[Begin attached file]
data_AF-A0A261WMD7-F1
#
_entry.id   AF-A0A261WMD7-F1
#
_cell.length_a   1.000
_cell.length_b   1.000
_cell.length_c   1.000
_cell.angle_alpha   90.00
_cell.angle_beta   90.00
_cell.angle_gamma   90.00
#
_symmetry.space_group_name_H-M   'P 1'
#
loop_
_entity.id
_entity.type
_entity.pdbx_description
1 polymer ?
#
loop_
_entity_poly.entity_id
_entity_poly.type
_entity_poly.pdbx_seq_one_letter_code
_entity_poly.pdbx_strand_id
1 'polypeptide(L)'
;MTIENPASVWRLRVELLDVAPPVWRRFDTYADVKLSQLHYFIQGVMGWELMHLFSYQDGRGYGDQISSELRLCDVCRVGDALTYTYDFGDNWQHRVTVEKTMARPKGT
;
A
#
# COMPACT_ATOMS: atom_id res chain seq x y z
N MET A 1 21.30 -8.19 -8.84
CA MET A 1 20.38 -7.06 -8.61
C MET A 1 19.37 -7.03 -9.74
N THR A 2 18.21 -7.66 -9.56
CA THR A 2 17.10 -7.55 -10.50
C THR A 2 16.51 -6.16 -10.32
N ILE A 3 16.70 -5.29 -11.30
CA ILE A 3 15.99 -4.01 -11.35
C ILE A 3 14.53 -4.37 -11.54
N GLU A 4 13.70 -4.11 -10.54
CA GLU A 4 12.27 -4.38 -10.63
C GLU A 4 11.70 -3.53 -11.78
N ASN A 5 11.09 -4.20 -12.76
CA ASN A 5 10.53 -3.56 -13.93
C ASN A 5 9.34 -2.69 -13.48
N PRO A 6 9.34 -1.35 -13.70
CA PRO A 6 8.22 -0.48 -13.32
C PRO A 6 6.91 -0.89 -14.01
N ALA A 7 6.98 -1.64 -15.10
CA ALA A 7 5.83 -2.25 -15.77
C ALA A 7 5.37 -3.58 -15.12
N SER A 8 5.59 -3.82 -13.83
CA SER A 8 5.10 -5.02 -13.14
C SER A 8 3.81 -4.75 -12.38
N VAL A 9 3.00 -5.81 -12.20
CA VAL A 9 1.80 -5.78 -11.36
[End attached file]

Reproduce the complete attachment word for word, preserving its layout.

data_AF-A0A261WMD7-F1
#
_entry.id   AF-A0A261WMD7-F1
#
_cell.length_a   1.000
_cell.length_b   1.000
_cell.length_c   1.000
_cell.angle_alpha   90.00
_cell.angle_beta   90.00
_cell.angle_gamma   90.00
#
_symmetry.space_group_name_H-M   'P 1'
#
loop_
_entity.id
_entity.type
_entity.pdbx_description
1 polymer ?
#
loop_
_entity_poly.entity_id
_entity_poly.type
_entity_poly.pdbx_seq_one_letter_code
_entity_poly.pdbx_strand_id
1 'polypeptide(L)'
;MTIENPASVWRLRVELLDVAPPVWRRFDTYADVKLSQLHYFIQGVMGWELMHLFSYQDGRGYGDQISSELRLCDVCRVGDALTYTYDFGDNWQHRVTVEKTMARPKGT
;
A
#
# COMPACT_ATOMS: atom_id res chain seq x y z
N MET A 1 21.30 -8.19 -8.84
CA MET A 1 20.38 -7.06 -8.61
C MET A 1 19.37 -7.03 -9.74
N THR A 2 18.21 -7.66 -9.56
CA THR A 2 17.10 -7.55 -10.50
C THR A 2 16.51 -6.16 -10.32
N ILE A 3 16.70 -5.29 -11.30
CA ILE A 3 15.99 -4.01 -11.35
C ILE A 3 14.53 -4.37 -11.54
N GLU A 4 13.70 -4.11 -10.54
CA GLU A 4 12.27 -4.38 -10.63
C GLU A 4 11.70 -3.53 -11.78
N ASN A 5 11.09 -4.20 -12.76
CA ASN A 5 10.53 -3.56 -13.93
C ASN A 5 9.34 -2.69 -13.48
N PRO A 6 9.34 -1.35 -13.70
CA PRO A 6 8.22 -0.48 -13.32
C PRO A 6 6.91 -0.89 -14.01
N ALA A 7 6.98 -1.64 -15.10
CA ALA A 7 5.83 -2.25 -15.77
C ALA A 7 5.37 -3.58 -15.12
N SER A 8 5.59 -3.82 -13.83
CA SER A 8 5.10 -5.02 -13.14
C SER A 8 3.81 -4.75 -12.38
N VAL A 9 3.00 -5.81 -12.20
CA VAL A 9 1.80 -5.78 -11.36